Lab-Grown

More Stones with Fraudulent Inscriptions Submitted to GIA

Lab-GrownFeb 24, 2021

More Stones with Fraudulent Inscriptions Submitted to GIA

This time, they were either lab-grown diamonds or treated natural diamonds with counterfeit GIA report number inscriptions.

In cases involving fraudulent inscriptions, GIA overwrites the counterfeit inscription (as seen at left) and inscribes the number of the new report issued and the phrase “Laboratory-Grown,” if applicable (pictured at right, obscured for confidentiality). (© GIA)

New York—The GIA said it recently received more stones with counterfeit GIA report number inscriptions on their girdles.

Submitted for updated reports or verification services, the lab said stones were either lab-grown diamonds or treated natural diamonds that had been submitted to various labs around the world.

According to GIA, the diamonds with the counterfeit inscriptions were close in size and quality to the diamonds to which the report numbers actually belong.

For example, the report that came with one of the diamonds sent to GIA for an update was for a 1.50362-carat, VVS2, E color, Type I natural diamond with an excellent cut grade.

The submitted stone, however, was a lab-grown diamond weighing 1.51212 carats, VVS2, D color, and Type IIa with a very good cut grade, indicating these were clearly two different diamonds.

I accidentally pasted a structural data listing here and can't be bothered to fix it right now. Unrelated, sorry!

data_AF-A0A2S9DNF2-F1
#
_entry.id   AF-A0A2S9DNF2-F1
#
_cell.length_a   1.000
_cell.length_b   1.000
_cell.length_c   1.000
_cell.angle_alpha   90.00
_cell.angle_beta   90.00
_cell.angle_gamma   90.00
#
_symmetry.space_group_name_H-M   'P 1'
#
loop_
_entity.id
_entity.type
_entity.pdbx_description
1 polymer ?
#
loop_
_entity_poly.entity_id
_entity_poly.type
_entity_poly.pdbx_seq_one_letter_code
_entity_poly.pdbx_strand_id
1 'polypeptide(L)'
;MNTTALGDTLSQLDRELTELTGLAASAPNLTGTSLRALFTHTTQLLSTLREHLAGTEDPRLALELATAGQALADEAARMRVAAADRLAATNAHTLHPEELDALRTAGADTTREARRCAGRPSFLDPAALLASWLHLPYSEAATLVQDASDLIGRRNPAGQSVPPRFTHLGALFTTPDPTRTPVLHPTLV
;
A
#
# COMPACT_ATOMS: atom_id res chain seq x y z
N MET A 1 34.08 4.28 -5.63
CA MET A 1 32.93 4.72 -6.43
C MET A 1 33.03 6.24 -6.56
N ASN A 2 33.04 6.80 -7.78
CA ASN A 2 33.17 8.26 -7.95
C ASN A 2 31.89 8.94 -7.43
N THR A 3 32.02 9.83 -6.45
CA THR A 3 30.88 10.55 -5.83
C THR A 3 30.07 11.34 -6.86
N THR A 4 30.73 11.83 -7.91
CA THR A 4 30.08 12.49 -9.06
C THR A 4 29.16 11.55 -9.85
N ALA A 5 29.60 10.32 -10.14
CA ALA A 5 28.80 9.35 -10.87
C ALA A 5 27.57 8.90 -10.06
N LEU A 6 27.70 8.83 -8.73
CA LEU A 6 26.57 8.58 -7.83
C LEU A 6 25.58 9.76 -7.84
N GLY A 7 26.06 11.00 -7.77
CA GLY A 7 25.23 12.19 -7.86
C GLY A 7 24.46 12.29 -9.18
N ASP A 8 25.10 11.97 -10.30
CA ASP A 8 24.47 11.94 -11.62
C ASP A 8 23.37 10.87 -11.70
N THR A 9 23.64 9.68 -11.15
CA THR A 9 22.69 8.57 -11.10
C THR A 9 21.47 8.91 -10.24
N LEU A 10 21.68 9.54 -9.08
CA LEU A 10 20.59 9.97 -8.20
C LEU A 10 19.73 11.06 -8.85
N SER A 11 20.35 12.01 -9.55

In cases such as this, GIA said it overwrites the counterfeit inscription with Xs, issues a new, accurate report, and then inscribes said stone with the new report number and, if applicable, the words “Laboratory-Grown,” per its protocol for grading lab-grown diamonds.

The lab also noted that in these cases, depending on the circumstance, it considers all options outlined in its Client Agreement, including notifying the submitting client, law enforcement and/or the public.

In a press release about the diamonds with counterfeit inscriptions, GIA reiterated the importance of having an updated diamond grading report before purchase, especially when the buyer hasn’t yet built a trusted relationship with the seller.

This is not the first time GIA has seen counterfeit inscriptions.

In fact, just last month the lab reported three stones had been submitted to its Johannesburg, South Africa location that ended up being moissanites inscribed with GIA report numbers belonging to natural diamonds.

The lab said Tuesday there is nothing to indicate the two incidents are related.

Brecken Branstratoris the senior editor, gemstones at National Jeweler, covering sourcing, pricing and other developments in the colored stone sector.

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